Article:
The Mandala comes from the Eastern schools of spirituality. The form of a mandala was adapted and deconstructed into simpler, more recognizable patterns for this installation. The space is characterized with tonal differences of different types of white marble carvings lined with mother of pearl and accents of rose quartz and green aventurine.
Continuum came from my fascination with the Elysian forms in and around the ocean. The sea-bed, the water currents, and the interplay between the two created these sinuous, fluid, and ever-changing forms. Created to capture the inherent energy, dynamism and translucency of water, the Continuum is marked by sinuous curves which immortalize the beauty of the vast oceans.
This installation was made in the truest spirit of repurposing the rich heritage of the past. Some of the stones used in creating this unique look were carved, rough split stones sourced from almost decaying ancient ruins. This aesthetic was furthered by carving “mantras” as chosen by the client.
Art Deco is one of the largest and heaviest architectural installations designed solely by me. Combining the simplicity of the art deco style with art inspired from Indian step down wells allowed me to create this unique design. This installation covers a space of roughly 25 ft height and a staggering 50 ft in width.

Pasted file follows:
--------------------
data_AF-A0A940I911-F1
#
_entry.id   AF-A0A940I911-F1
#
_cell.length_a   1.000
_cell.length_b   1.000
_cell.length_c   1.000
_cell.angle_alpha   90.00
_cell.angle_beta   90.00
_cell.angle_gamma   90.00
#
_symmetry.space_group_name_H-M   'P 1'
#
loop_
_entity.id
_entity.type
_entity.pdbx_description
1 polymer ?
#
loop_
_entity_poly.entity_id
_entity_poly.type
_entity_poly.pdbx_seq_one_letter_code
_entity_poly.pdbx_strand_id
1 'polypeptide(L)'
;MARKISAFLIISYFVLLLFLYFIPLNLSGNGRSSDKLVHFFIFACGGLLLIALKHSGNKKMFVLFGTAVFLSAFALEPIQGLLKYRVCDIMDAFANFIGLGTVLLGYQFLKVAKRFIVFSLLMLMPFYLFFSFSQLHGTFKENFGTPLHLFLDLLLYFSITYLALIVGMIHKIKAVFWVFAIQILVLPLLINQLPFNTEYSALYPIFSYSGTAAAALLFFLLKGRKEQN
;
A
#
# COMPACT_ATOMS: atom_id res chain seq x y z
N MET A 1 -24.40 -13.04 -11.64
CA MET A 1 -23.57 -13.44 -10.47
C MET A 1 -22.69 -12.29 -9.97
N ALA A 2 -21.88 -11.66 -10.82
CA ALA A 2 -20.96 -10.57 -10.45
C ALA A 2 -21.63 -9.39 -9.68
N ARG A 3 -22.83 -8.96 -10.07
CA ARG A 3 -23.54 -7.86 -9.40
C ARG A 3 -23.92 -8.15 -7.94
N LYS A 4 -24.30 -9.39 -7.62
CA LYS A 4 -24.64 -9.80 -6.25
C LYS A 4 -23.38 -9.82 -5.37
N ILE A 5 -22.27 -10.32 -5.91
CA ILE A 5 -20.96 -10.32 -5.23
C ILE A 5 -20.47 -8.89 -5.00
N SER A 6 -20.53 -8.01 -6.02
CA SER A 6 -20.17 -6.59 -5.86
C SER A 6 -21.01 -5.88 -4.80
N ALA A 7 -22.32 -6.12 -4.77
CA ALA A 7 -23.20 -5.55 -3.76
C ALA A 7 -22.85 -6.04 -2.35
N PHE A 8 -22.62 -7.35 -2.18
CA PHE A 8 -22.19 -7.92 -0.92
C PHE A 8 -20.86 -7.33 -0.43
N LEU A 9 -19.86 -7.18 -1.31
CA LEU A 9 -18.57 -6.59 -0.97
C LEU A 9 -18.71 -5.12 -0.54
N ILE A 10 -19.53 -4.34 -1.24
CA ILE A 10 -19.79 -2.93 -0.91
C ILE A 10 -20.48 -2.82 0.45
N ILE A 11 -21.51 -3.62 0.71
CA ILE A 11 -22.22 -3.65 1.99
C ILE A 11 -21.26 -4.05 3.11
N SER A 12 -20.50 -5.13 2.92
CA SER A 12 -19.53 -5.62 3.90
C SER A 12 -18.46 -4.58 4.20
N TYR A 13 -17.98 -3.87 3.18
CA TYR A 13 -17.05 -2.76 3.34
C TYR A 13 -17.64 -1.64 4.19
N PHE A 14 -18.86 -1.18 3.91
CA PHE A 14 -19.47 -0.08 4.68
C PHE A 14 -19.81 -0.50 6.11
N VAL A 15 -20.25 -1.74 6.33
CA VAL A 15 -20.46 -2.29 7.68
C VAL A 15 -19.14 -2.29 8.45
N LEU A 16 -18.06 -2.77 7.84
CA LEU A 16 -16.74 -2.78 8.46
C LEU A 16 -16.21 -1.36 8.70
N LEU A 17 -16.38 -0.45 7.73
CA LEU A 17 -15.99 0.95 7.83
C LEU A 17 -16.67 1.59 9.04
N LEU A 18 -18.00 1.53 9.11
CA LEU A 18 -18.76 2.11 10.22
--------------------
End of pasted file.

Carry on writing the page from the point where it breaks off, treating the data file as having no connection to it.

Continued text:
The Hex skin façade was designed mindfully to become a one of a kind architectural installation. Following the brief, the base design began by spreading a regular hexagonal mesh across the building envelope. The careful engraving and embossing of the hexagonal shapes to create a surface of unique elements which also extends within the building in certain spaces.
Xylem was created through careful study of the nutrient carrying network of plants. The latticework of this architectural installation is complimented by the xylem sculptures at its base. Our design interprets the roots and intricate vein networks of plants, by bringing the pattern thus formed, into focus by scaling the network up proportionately.
Ridge, as the name suggests, was inspired by the chain of mountains that form a continuous elevated crest. In this design, the sides of the ridge which slope away from the narrow top on either side are visualised horizontally over a surface to give the impression of an unending mountain line.
The Puritsu pattern of the Ishi-Kiri collection was selected for this elegant water fountain due to its natural pleat-like formation. This organic pattern was inspired by the ancient art of paper folding. The design of the Puritsu compliments the natural tendency of water to flow following the path carved out for it.
Conceptualised from the ripples generated within a still water body through a droplet, this design is both aesthetically pleasing and utilitarian.